Ernest Berk – Diversed Tapes

ClientHuddersfield University
DateMay 2024

Ernest Berk was one of the earliest and most prolific composers of electronic music in England and yet his work is almost completely unknown to the wider public. With only a few pieces ever made commercially available in limited circulation, much of his output has since languished in obscurity until now. Huddersfield Contemporary Records is pleased to release this newly restored and remastered 2CD collection of the work of Ernest Berk.

Berk was a true polymath, working throughout his life as a composer, percussionist, dancer, choreographer, teacher, actor, and mime artist, often assuming many of these roles in the same project. He composed over 228 works of electronic music between 1957 and 1984, many of considerable length and often used to accompany his own expressionist contemporary dance productions. Diversed Tapes is a compelling overview of Berk’s revolutionary catalogue. The collection includes End of the World (1957), his first work for magnetic tape, and one of the first electronic works composed in England, and Diversed Mind (1967), his work for one of the first public concerts of electronic music in England at Queen Elizabeth Hall and performed alongside music by Daphne Oram, Tristram Carey, and Delia Derbyshire.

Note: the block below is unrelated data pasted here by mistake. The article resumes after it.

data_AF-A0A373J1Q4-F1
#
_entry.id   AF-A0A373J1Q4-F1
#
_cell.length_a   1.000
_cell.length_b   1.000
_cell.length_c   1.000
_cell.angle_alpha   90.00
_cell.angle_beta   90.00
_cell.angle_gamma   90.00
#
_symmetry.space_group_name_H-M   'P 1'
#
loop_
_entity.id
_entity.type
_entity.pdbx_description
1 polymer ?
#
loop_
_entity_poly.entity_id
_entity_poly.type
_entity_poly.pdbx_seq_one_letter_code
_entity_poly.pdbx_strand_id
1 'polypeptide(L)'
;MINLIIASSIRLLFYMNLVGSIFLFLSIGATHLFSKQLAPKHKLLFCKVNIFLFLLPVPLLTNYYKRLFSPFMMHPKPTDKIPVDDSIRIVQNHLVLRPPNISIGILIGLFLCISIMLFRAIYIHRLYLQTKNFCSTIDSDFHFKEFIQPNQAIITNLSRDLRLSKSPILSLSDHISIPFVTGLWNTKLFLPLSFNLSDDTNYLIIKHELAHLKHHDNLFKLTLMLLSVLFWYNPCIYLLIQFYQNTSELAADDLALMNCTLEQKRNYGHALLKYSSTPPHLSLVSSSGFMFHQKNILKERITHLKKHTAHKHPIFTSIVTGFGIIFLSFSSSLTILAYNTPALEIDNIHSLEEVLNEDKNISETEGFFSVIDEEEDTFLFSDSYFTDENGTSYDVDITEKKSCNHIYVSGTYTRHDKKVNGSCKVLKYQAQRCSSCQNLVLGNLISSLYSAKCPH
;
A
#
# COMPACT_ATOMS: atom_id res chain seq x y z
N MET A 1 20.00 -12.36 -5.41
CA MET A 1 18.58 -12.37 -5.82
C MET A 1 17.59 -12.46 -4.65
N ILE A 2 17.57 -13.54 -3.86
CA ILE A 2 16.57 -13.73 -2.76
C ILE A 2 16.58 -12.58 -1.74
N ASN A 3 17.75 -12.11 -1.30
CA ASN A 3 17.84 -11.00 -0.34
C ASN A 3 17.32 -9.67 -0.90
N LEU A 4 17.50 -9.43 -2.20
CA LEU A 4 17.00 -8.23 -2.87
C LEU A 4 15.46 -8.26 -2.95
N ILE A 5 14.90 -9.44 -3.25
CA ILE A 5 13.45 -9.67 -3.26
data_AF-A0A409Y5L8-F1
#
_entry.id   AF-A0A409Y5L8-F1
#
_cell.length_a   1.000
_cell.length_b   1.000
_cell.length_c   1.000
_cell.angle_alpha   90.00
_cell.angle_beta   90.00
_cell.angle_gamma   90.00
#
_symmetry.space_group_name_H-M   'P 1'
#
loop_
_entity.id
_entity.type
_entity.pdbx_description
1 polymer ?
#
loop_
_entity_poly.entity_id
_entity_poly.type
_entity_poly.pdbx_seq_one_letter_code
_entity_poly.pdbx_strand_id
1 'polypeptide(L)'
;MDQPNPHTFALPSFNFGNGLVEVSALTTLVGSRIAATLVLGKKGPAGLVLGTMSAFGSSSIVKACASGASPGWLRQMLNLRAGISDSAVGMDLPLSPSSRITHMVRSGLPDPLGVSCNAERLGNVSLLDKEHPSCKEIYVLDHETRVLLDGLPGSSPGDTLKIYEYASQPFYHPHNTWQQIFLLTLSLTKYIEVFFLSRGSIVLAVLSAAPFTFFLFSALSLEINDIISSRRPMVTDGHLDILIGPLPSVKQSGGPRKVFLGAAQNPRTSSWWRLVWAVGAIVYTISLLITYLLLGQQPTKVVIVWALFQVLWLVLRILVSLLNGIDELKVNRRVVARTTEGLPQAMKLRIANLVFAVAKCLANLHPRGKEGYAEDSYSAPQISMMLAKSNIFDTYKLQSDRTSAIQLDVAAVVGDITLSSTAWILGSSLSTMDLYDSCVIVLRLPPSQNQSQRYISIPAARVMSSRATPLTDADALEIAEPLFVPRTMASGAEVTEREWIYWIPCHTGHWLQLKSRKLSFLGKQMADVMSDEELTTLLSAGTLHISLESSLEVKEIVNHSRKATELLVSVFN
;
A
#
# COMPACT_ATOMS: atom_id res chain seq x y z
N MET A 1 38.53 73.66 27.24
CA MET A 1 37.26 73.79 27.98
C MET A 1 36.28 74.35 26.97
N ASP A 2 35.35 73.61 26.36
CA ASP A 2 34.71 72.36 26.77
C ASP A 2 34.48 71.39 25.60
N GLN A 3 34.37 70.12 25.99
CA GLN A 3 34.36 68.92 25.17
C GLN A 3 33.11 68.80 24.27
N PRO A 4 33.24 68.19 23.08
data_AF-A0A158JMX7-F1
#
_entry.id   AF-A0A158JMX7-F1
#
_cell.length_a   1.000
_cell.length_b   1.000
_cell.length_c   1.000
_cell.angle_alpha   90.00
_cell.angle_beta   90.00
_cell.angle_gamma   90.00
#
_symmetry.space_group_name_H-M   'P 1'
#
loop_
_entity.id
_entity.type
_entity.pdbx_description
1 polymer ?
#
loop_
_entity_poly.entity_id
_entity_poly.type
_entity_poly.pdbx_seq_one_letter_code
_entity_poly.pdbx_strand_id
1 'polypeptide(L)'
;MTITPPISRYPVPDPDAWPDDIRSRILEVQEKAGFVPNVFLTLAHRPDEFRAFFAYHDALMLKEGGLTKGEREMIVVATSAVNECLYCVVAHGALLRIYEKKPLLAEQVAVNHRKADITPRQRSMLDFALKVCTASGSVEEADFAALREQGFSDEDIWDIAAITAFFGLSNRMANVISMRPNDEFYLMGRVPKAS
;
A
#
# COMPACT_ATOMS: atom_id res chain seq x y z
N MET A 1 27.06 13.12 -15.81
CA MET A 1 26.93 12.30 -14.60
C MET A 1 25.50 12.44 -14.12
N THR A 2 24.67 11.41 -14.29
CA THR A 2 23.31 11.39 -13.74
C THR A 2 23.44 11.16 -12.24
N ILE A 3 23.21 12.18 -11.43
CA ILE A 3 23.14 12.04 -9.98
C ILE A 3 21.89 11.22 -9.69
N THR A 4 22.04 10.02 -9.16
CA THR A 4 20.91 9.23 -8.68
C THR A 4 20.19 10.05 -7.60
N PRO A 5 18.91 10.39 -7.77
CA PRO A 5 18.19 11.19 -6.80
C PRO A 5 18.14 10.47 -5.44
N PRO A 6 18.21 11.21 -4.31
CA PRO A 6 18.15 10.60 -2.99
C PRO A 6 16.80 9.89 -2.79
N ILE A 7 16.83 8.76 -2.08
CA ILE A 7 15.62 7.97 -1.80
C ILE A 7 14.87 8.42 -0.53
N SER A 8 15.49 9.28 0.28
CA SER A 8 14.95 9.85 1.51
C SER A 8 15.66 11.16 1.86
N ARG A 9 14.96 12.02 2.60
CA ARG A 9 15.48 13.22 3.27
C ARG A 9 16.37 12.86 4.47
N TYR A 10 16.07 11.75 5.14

Berk’s music is at once radical and yet still accessible, rooted in a deep appreciation for melody and rhythm. Listening to this collection in a contemporary context, one cannot help but be struck by how much his music prefigures more current musical trends. Tracks such as Wings Over the Valley of Death (1961) and Kali Yuga (1962) utilise the sorts of dark ambient droning soundscapes that are ubiquitous in electronic music today. Vibram (1973) is a long form electronic improvisation evocative of contemporary modular synthesis performances. Against 7/4 (1967) and Janet Calls it Blue Ribbon (1972) contain the kinds of sophisticated electronic music gestures that evokes connections to later works of acousmatic music by figures such as Bernard Parmegiani. This is more than just a document of the past – rather, there is much to be enjoyed here by contemporary ears with contemporary musical perspectives.

This compilation is still just a small selection of the music Berk wrote during his lifetime, but it is an attempt to illustrate the diversity of his catalogue. Richard Scott and Jos Smolders have worked tirelessly to restore and remaster these, until now, lost recordings to bring out their greatest possible shine, and to allow us to finally throw a light on this important body of work.